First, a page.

30: Cost Benefit Analysis of walking and cycle track networks

Dr Adrian Davis

Top line: investment in walking and cycle track networks in three Norwegian cities seems to be highly beneficial to society since net benefit/cost ratios in these cities were approximately 4:1, 14:1 and 3:1, respectively (ie highly positive).1

Since the start of the 21st century there has been an increasing number of studies addressing cost-benefit analysis (CBA) of walking and cycling. These indicate that including health impacts arising from existing and new users could make a major difference to CBA results.2 One study undertaken in three Norwegian towns (Hokksund, Hamar, Trondheim) of their walking and cycling track networks directly addressed this short-coming.3 The CBA included conservative estimates of some benefit components:

  • Traffic accidents – assumed that the number of traffic accidents resulting in injury would remain unchanged because of the new walking and cycling tracks.
  • Travel time – assumed that travel times for pedestrians and cyclists remain unchanged
  • Insecurity – felt by pedestrians and cyclists moving along a road was included at a cost of NOK 2 per kilometre. Assuming an average speed of 10–20 km/h the cost of insecurity was about NOK 20–40 per hour for cyclists.
  • School bus transport – assumed that 50% of children previously using a bus would not need this if walking and cycle track networks were constructed.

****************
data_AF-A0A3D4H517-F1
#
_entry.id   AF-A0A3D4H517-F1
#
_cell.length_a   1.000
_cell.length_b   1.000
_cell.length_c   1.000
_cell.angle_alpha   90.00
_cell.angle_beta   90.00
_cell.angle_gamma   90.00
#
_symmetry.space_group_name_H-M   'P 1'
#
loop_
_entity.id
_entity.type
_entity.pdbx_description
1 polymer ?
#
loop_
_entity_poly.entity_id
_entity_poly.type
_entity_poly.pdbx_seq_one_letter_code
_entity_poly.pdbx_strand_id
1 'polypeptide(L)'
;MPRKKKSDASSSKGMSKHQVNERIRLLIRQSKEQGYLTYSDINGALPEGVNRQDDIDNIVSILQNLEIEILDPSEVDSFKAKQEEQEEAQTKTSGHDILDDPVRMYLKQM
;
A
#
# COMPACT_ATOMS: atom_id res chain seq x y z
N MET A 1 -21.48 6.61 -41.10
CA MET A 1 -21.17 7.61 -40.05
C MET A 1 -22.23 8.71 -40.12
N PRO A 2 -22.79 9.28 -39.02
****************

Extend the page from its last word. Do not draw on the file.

• Less severe diseases and ailments and less short-term absence – assumed that short-term absence from work would be reduced by 1 percentage point (from 5% to 4%) and that 50% of new pedestrians and cyclists would see improvements in their health.
  • Severe diseases and ailments and long-term absence/disability – moderate amounts of daily physical activity reduce risk of premature mortality in general. Risk reductions were related to just four types of severe diseases or ailments – cancer, high blood pressure, type-2 diabetes and musculoskeletal ailments. Estimated costs due to welfare loss for people suffering from these diseases or ailments were included. The welfare loss is estimated to be 60% of the total costs – the same magnitude as for welfare loss for people injured in traffic accidents used in Norwegian CBAs of other road investments.
  • External costs of road transport – included the external costs were CO2-emissions, local emissions to air, noise, congestion and infrastructure costs.
  • Parking costs – commute trips by car replaced by walking or cycling were assumed to reduce parking costs for businesses in Trondheim, Hamar and Hokksund by NOK 1165, NOK 560 and NOK 3254 per month, respectively.

Compared to the relatively low net benefit/cost ratios for other transport investments, investments in walking and cycle tracks provides a chance to make investments yielding considerably higher profitability to society than seen from most other programmes in the transport sector. This conclusion is supported in more recent studies.

1 A benefit to cost ratio greater than 1 represents “value for money” to the public sector.

2 Elvik, R. 2000 Which are the relevant costs and benefits of road safety measures designed for pedestrians and cyclists? Accident Analysis and Prevention, 32: 37-45.

3 S⎛lensminde, K. 2004 Cost-benefit analyses of walking and cycling track networks taking into account insecurity, health effects and external costs of motorised traffic, Transportation Research Part A, 38: 593- 606.

4 £1 = 10 Norwegian Kroner (NOK)

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